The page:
Are the impeachment hearings moving many rural voters’ opinion of President Donald Trump?
Short answer: they’re sort of not.
Anti-impeachment sentiment has actually gotten stronger amongst rural voters in swing states over the last couple of months.
One Country Project, an organization started by former North Dakota Senator Heidi Heitkamp to help Democrats understand how to win again in rural communities, has been monitoring discussions in rural America on social media over the past few months.
They have specifically been looking at posts from geo-located rural voters, trying to get a gauge on how conversations have developed since the impeachment inquiry was launched.
The states that have been monitored as part of this project are Iowa, Michigan, Minnesota, New Hampshire, Pennsylvania and Wisconsin.
Their findings reveal that Republican messaging has been incredibly effective in convincing rural voters that the process is a charade and that Democrats are simply trying to get Trump out of the White House — a hill they seem to be very willing to die on.
Method and Key Takeaways
One Country Project produces reports on social media chatter, looking at social media interactions from rural areas of these states, organizing posts based on sentiment and then breaking them down by topic to look at the arguments being made.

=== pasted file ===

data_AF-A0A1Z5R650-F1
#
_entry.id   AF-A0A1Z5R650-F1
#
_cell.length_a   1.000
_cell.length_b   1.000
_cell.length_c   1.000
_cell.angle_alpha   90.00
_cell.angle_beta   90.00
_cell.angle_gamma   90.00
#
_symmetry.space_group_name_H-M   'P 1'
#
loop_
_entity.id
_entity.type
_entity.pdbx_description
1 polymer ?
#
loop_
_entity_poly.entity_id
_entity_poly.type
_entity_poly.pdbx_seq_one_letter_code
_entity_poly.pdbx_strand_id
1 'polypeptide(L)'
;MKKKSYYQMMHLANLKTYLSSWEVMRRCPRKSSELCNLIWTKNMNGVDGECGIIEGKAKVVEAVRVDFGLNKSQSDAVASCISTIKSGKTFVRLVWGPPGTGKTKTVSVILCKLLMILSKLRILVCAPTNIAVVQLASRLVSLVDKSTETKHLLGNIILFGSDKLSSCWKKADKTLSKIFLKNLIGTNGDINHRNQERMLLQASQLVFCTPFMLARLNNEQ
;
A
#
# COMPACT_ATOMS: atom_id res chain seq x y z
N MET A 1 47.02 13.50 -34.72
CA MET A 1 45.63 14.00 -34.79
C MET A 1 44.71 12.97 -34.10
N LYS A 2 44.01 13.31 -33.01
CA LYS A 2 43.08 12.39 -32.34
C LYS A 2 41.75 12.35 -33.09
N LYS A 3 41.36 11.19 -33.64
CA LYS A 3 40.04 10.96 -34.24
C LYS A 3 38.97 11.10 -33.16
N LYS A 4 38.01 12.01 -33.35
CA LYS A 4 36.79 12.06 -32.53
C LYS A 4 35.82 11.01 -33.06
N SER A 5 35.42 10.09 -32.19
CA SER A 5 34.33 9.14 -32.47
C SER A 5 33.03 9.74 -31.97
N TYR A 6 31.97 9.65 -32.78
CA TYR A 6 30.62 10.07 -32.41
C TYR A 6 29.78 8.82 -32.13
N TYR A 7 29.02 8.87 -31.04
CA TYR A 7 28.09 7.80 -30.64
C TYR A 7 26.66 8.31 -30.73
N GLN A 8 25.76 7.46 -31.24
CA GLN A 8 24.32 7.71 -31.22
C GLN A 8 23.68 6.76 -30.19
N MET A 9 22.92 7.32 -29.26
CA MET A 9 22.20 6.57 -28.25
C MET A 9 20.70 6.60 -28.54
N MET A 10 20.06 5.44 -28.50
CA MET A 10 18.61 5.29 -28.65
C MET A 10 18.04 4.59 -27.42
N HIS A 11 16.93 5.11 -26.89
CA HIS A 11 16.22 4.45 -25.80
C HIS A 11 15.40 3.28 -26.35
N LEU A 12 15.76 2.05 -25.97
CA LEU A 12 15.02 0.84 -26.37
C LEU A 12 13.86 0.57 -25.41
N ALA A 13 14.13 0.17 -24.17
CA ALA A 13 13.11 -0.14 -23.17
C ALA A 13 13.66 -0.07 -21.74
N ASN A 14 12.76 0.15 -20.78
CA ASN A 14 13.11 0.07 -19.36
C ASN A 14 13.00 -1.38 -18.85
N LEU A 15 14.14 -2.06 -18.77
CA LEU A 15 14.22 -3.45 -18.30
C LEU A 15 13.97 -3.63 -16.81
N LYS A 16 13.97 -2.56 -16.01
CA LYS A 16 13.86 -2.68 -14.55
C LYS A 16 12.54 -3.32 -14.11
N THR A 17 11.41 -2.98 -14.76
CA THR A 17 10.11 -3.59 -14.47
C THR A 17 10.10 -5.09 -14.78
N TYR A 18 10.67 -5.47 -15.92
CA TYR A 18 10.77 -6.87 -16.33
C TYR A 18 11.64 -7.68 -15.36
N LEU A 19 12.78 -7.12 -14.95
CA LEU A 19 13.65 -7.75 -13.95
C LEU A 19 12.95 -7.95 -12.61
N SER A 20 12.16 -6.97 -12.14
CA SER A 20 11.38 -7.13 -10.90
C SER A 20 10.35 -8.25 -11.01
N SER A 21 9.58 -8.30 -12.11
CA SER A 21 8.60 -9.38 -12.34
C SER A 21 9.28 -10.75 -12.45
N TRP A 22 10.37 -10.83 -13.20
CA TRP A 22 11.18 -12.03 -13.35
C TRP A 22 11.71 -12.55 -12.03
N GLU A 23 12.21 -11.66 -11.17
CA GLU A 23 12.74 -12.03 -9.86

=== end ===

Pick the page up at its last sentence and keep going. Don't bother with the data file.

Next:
Overall, here’s a few key notes:
- Republican leadership’s messaging played a huge role in discussions: when party leaders began calling the inquiry corrupt, so too did those who opposed it. When they questioned the legitimacy, so did their base. When Republican leaders blamed media bias, so too did their base, and when they started calling the inquiry a ‘coup’ in an attempt to unfairly remove the president, so too did their base.
- Pro-Impeachment folks had a hard time saying something that wasn’t inherently viewed as ‘anti-Trump.’ This was the most common discussion topic on pro-impeachment posts; a disdain for Trump, his demeanor, behavior, attempts to obstruct justice, etc. Regardless of the argument about Trump, none of these points seemed to move the needle on opinions of whether or not Trump should be removed.